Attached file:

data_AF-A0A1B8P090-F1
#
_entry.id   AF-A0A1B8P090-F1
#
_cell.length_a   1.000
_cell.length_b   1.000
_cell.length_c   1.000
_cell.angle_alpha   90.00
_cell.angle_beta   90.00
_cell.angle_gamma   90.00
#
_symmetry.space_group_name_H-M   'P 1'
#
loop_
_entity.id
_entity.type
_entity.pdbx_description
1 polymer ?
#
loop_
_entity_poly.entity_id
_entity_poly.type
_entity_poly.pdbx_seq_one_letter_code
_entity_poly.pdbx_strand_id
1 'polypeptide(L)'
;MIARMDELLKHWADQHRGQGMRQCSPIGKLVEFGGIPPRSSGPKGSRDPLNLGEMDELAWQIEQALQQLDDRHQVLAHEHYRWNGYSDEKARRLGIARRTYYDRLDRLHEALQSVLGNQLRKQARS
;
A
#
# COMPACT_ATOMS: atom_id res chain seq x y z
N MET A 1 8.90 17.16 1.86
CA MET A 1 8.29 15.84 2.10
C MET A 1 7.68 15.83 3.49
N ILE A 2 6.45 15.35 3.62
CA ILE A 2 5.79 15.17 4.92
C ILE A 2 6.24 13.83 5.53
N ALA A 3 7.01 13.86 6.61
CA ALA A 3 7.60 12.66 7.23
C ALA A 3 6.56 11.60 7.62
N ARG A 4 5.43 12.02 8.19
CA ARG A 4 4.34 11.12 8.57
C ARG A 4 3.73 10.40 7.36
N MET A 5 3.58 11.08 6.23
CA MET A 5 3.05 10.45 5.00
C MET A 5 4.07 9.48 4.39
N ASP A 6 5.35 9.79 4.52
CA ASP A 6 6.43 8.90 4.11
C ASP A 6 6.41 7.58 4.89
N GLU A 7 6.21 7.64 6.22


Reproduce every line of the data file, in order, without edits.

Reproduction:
data_AF-A0A1B8P090-F1
#
_entry.id   AF-A0A1B8P090-F1
#
_cell.length_a   1.000
_cell.length_b   1.000
_cell.length_c   1.000
_cell.angle_alpha   90.00
_cell.angle_beta   90.00
_cell.angle_gamma   90.00
#
_symmetry.space_group_name_H-M   'P 1'
#
loop_
_entity.id
_entity.type
_entity.pdbx_description
1 polymer ?
#
loop_
_entity_poly.entity_id
_entity_poly.type
_entity_poly.pdbx_seq_one_letter_code
_entity_poly.pdbx_strand_id
1 'polypeptide(L)'
;MIARMDELLKHWADQHRGQGMRQCSPIGKLVEFGGIPPRSSGPKGSRDPLNLGEMDELAWQIEQALQQLDDRHQVLAHEHYRWNGYSDEKARRLGIARRTYYDRLDRLHEALQSVLGNQLRKQARS
;
A
#
# COMPACT_ATOMS: atom_id res chain seq x y z
N MET A 1 8.90 17.16 1.86
CA MET A 1 8.29 15.84 2.10
C MET A 1 7.68 15.83 3.49
N ILE A 2 6.45 15.35 3.62
CA ILE A 2 5.79 15.17 4.92
C ILE A 2 6.24 13.83 5.53
N ALA A 3 7.01 13.86 6.61
CA ALA A 3 7.60 12.66 7.23
C ALA A 3 6.56 11.60 7.62
N ARG A 4 5.43 12.02 8.19
CA ARG A 4 4.34 11.12 8.57
C ARG A 4 3.73 10.40 7.36
N MET A 5 3.58 11.08 6.23
CA MET A 5 3.05 10.45 5.00
C MET A 5 4.07 9.48 4.39
N ASP A 6 5.35 9.79 4.52
CA ASP A 6 6.43 8.90 4.11
C ASP A 6 6.41 7.58 4.89
N GLU A 7 6.21 7.64 6.22